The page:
Me on the wooden dummy circa 2016 (with some mistakes!)
I began my Martial Arts journey when I started college at SUNY binghamton, at 16 years of age when I was on the college wrestling team for about 3 months.
Although I played basketball and football like any kid, I was not particularly athletic, but I found that wrestling was one sport that I was actually good at, and within a couple of months could already handle myself on the ground against someone significantly bigger and stronger than me.
Due to a heavy party scene, I quit wrestling, but in my Senior year I joined a karate club. The Sensei, an “older” gentleman of perhaps 40 or so was an executive in IBM and ran the club as a hobby. This was a Kyokushinkai school.
After I graduated from college my parents had already moved to NYC, so I continued training at a Kyokushinkai school located in the Brooklyn Academy of Music. The instructor was an adopted son of the founder, Mas Oyama. This was a typical hard core Kyokushinkai school.
I later moved up to Buffalo NY for almost a year, and while there I looked at all of the schools and the one I liked most was a Tae Kwan Do School, where I trained for about 8 months. The first time I saw Kung Fu was when a dude walked into the school and wanted a friendly spar with the instructor. The instructor was a very cool guy and agreed.
The Kung Fu guy was a Hung Gar stylist, and I thought the circular blocks he used were really cool, so when I returned to New York I briefly joined a Hung Gar class in the school of Aaron Banks. Banks was at one time famous as an early promoter who started some full contact karate tournaments, billed as no rules “bloodsport’ type tournaments, way back in the day. I didn’t stay too long.
Eventually I found another school that I liked. It was a Karate school located in Times Square back when the block known as the “double deuce” was a dangerous place even to walk through, and was infested by street hustlers, pimps, and assorted neer do wells. While nominally a Shotokan school the instructor taught a very eclectic Karate program, including back fists , spinning kicks, and flying kicks.
The building was dilapidated and lacked air conditioning. I still remember my Brown Belt test which was held on an almost 100 degree day on the 4th of July.
I studied karate for around 4 years , and for a long time wasn’t especially good at it, but finally my sparring started to get much better, to the point that some of the other instructors in the school would stop and watch me spar. I was told that this meant I was getting good, because these guys rarely bothered to watch students sparring.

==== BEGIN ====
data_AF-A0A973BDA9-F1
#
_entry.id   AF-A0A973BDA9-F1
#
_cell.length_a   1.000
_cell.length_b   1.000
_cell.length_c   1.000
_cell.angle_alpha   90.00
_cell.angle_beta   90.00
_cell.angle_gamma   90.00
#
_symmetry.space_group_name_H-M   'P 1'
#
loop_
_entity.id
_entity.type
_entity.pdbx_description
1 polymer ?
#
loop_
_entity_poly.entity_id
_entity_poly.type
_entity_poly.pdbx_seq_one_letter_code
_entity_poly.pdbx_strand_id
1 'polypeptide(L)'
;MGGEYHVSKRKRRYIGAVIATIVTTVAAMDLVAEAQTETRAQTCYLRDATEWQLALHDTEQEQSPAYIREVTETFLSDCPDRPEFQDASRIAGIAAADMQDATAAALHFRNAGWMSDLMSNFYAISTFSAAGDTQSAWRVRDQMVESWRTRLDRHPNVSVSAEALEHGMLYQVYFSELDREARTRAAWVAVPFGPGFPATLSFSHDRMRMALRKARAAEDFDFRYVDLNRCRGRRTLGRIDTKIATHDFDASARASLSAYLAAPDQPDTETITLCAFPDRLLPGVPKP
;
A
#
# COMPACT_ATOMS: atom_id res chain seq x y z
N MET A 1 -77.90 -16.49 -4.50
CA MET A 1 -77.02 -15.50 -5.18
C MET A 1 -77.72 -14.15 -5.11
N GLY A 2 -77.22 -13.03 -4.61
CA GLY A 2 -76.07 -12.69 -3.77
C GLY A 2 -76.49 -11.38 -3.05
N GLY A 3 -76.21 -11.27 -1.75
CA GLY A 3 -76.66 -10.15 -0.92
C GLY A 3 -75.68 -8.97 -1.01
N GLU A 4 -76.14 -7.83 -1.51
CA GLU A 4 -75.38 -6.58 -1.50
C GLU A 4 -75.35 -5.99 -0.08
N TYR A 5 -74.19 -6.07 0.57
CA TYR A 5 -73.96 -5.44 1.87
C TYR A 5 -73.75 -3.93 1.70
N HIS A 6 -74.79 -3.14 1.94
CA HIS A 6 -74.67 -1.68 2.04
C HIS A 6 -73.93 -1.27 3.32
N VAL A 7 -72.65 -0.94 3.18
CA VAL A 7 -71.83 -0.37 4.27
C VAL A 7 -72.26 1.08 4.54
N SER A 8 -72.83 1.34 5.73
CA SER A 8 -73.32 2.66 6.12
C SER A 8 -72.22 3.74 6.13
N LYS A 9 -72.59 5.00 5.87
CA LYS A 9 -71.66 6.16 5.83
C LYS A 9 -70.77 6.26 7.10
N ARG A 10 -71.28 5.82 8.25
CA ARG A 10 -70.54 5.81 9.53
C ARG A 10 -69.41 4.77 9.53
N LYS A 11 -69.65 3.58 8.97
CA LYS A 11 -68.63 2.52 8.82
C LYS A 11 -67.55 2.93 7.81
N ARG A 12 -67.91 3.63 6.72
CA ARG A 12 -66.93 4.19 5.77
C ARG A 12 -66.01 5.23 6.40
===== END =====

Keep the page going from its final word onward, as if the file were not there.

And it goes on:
I was learning the black belt katas and was getting ready to test for first degree black belt when I read in article about Wing Chun in Black Belt Magazine.
I was so enthralled by the article that I quit Karate and enrolled in a Wing Chun school run by Lee Moy Shan, who was one of Moy Yat’s top students although he was a quite young man at the time. I remember him as a skilled practitioner, but he taught in the traditional Chinese manner, which did not work for me.
There was no formal class, but the school was open all day, 6 days a week,. When you went to the school you could just hang out, or you could pick a partner to practice with.
Around once a month the sifu would go around the room and ask each student “what have you learned up to”, and then give you five or 10 minutes of instruction. The Sifu would sometimes give brief lectures about the principles of wing chun which were very entertaining. He was a charismatic guy too.
Not learning anything much, I quit the class and all Martial Arts out of frustration for a very long time. As I recall, I studied there for maybe 6 to 9 months. I then concentrated on my career, eventually going to law school and becoming a practicing attorney. But in 2005 I saw an article about the health benefits of exercise.
I was never out of shape or unhealthy, but I wanted to stay that way, and I found traditional exercises like jogging, the exercycle, treadmill, etc way too boring, so I decided to give Wing Chun one more try. This time it jelled and I have been training and learning ever since.
At the present time I have become semi-retired as a lawyer. During the shut down phase of Covid, out of total boredom, I did some online training, which included about two months of private lessons over Zoom in Bak Mei, and also a Balintawak class over Zoom from a local instructor.
After becoming vaccinated I started training in Balintawak in the “live” class and continue studying there to date.
Recently I bought a house in Staten Island, near public transportation , which has a very nice space that I can use for private and semi- private lessons in Wing Chun.